If your amp is rated between 300-700W RMS, you can start looking at subwoofers that have voice coils up to 6.3cm (2.5-inch) in diameter; but please, no larger than that. Truth be told, it’s possible to use subs with 7.5cm (3-inch) coils within this amplified power range; but don’t expect them to sound as good, feeding off that low power.
Once you start playing in the 1000+W RMS amplifier range, you can extend your search to include subwoofers featuring voice coils larger than 3”; but ensure your electrical system is able to handle the load you’re about to place on it.
There’s naturally a lot more to everything we’ve just discussed; however, I’ve tried to keep it as basic and simple for newbies to understand and follow. Purchasing the right products is only one half of the equation; you’ll also need to ensure that they are properly installed using best industry practices, in order to get the best possible audio performance. Literally bang for your buck!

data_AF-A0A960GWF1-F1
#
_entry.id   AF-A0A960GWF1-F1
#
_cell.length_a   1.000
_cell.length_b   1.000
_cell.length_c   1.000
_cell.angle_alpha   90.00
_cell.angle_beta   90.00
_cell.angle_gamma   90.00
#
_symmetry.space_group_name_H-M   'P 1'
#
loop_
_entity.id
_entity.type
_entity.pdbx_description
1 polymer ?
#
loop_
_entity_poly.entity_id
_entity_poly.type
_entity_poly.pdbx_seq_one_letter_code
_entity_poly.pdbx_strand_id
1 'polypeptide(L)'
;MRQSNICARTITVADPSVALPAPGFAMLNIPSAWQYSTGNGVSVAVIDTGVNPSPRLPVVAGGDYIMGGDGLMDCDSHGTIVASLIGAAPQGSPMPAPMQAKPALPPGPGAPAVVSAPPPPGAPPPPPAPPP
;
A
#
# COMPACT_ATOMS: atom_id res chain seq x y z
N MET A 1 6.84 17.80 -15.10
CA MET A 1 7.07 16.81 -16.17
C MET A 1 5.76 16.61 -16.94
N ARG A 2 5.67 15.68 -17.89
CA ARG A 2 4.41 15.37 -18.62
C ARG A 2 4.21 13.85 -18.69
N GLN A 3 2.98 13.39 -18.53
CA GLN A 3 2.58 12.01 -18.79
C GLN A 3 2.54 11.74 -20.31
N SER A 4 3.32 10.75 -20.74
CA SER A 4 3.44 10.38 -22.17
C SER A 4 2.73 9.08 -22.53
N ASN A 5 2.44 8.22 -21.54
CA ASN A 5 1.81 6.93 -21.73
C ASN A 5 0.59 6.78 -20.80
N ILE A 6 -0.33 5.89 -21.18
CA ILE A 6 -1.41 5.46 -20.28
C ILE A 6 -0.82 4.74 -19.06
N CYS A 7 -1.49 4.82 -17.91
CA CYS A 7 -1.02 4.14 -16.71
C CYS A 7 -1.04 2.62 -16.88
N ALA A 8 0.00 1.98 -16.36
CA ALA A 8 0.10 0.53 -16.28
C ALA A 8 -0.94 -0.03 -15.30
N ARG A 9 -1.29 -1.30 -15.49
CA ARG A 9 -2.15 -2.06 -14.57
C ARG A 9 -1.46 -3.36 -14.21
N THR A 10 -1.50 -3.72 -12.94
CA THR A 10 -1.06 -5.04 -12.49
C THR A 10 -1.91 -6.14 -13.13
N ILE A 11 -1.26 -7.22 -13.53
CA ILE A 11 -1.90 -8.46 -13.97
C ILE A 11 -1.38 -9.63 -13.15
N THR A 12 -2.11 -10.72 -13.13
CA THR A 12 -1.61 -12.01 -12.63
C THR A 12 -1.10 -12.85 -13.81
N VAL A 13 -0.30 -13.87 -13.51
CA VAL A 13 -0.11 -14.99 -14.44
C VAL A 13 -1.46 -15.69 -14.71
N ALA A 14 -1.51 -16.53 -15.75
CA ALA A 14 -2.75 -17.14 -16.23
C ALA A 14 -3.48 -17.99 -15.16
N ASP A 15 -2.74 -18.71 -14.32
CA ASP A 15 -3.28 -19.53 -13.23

By properly planning out your system by using the above-mentioned guide, coupled with following proper installation principles; you can build a small, inexpensive system that can be heard from a few blocks away. Remember, efficiency is key; ‘more’ isn’t always more. You don’t always need massive equipment to be loud.